Once the problem is fixed in "the literature", it's then much easier to fix it in Wikipedia. For example I sometimes look at the MIT Press new-books list, or the Stanford Encyclopedia of Philosophy new-articles list, and write at least short new Wikipedia articles on subjects that they cover which Wikipedia doesn't yet cover. For me at least, that "source-first" subject selection tends to be the most relaxing way to write on Wikipedia: instead of picking a subject you want to cover and then finding sources, find good sources and ask, "what do these cover that Wikipedia doesn't?". That way of working has a good impedance match to Wikipedia's goal of being a sources-cited summary of the existing literature.

I wrote something more long-winded on that subject a bit ago: http://www.kmjn.org/notes/wikipedia_notability_verifiability...

I mostly quit contributing because of the deletionists, but I have some recollection about one of the "alienated" communities the article mentions. For a while there was a concerted attempt by multiple webcomic authors to insert references to their webcomic in seemingly as many articles as possible. So you would get edits for example to the ISS: "$CRAPPY_WEBCOMIC mentioned the International Space Station on January 8, 2007 when $WEBCOMIC_CHARACTER bought a telescope and $IRRELEVANT_TEXT". While I didn't care that much if every webcomic got an article, they were basically using Wikipedia as advertising and would get into fights when you tried to make it not advertising. After a while you start identifying "problem communities" and start treating those contributions less charitably.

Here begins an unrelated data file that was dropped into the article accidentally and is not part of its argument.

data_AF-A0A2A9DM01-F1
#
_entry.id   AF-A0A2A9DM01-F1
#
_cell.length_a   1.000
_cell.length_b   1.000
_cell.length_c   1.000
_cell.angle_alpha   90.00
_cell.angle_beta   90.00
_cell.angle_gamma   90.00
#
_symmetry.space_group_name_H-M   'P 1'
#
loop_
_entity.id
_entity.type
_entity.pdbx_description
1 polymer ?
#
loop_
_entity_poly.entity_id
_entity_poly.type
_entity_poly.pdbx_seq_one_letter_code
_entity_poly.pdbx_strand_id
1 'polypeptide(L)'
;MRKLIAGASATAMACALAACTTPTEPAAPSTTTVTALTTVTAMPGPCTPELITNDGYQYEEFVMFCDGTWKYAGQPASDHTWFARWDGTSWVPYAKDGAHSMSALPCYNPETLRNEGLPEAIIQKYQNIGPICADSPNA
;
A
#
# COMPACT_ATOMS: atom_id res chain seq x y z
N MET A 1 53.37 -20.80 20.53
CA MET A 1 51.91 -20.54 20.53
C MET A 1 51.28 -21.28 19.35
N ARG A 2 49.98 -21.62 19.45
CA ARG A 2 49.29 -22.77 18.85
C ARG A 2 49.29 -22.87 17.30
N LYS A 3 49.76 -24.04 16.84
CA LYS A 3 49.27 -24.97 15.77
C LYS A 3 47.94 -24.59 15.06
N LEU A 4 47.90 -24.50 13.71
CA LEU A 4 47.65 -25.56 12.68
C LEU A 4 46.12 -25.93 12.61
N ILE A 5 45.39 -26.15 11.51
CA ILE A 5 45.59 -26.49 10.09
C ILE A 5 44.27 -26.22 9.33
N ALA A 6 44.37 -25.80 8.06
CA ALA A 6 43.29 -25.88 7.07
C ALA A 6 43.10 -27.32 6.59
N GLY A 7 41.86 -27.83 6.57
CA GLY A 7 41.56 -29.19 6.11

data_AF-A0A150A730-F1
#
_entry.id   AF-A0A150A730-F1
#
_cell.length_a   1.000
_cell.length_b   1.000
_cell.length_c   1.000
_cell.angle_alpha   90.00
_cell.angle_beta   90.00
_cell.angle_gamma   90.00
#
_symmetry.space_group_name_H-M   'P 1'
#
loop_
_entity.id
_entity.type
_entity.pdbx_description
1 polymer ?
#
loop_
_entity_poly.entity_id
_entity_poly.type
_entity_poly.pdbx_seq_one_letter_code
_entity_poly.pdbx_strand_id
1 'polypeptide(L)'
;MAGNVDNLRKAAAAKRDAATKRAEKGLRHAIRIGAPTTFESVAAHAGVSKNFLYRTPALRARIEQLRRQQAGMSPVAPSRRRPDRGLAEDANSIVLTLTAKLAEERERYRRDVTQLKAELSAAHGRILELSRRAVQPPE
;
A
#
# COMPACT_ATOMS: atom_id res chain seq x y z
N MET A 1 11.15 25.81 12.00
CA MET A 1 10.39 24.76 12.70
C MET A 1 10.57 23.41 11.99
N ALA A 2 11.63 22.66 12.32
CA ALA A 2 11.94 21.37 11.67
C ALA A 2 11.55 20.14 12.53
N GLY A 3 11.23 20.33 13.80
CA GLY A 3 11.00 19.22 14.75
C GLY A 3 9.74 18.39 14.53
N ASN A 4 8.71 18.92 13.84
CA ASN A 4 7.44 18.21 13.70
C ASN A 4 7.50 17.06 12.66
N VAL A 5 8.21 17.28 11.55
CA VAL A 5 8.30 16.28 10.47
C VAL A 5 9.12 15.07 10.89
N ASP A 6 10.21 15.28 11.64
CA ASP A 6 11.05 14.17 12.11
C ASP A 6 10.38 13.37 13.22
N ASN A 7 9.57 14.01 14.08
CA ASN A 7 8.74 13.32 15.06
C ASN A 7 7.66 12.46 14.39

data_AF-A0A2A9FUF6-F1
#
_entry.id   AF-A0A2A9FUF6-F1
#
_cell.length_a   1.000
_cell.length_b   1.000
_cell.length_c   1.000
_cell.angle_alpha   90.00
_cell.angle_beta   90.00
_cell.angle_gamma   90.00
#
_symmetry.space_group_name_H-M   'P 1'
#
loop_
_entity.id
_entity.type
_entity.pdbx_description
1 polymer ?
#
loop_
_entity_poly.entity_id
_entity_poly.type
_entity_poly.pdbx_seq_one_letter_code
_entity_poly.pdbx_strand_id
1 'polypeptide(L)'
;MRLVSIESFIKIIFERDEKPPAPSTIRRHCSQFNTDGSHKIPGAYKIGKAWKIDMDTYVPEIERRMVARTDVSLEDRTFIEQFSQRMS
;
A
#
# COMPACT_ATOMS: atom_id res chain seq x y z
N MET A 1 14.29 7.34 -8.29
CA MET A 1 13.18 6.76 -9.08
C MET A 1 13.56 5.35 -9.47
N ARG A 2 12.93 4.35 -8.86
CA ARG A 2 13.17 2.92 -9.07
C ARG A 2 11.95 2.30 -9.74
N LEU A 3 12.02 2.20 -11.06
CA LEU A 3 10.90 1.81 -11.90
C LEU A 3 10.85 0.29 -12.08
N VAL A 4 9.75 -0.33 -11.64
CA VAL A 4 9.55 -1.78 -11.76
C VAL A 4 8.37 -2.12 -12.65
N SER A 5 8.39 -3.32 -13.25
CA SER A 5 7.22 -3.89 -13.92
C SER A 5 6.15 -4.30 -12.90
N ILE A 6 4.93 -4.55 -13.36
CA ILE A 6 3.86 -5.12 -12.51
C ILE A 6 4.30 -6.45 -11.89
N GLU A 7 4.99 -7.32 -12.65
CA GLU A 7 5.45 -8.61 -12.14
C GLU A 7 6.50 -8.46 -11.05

I used to edit things at WikiPedia now and then. Mostly grammar fixes, formatting fixes, errors in tables, etc. I haven't done it in a long time, as I felt kinda overwhelmed with the bureaucracy of the thing. I don't really have a problem with CAPTCHA (I run it on my own sites), or with the anti-spam measures (I use a bunch of anti-spam tools on my sites, and they occasionally trip up legitimate users). I understand those things, and hate spam more than most. I'm always OK with knocking out spam.

But, the people making the decisions are occasionally just ornery. I seem to recall trying to straighten out some errors about Open Source stuff I work on, and having it reverted and moved around, sometimes in ways that simply made things confusing (removing pages and redirecting to related but different projects), etc. It's been years, but it was frustrating, and I just kinda gave up. I don't have an interest in territorial battles.

I might give it another shot some time. I've switched our documentation wiki for Webmin to MediaWiki a few weeks ago, so I'm back up to speed on MediaWiki markup, so that's less of a barrier for me these days (never was a huge barrier, except for a few of the special stuff, like info boxes and automatically updating stuff). I'd be interested to see if these complaints have been taken to heart by folks involved...it's a drum that's been beaten for some time by a variety of long-time contributors.

It's a pity that it came to this. Wikipedia is one of the great achievements of the web community. Is there a way to recover all the deleted pages and to review them according to a newew policy, then fork wikipedia and revive those pages? It may be hard to get independent contributions to such a fork but you could do a periodical 'git rebase' to keep it current.

Amazing how valid looking the few pages I got by just hitting random page link.

I never realized things had got so bad on wikipedia.

It's a really good exercise to hit Random Pages 10 times.

I tried it and mostly got vanity pages for people who did something, but didn't seem too important.

One I got is about the mayor from 1995 to 2001 of a Texas town of 75,000 people. I suppose it has some value to the people who lived in that town or need to research about it... but I can sympathize with the problem of trying to decide what is useful and what is not.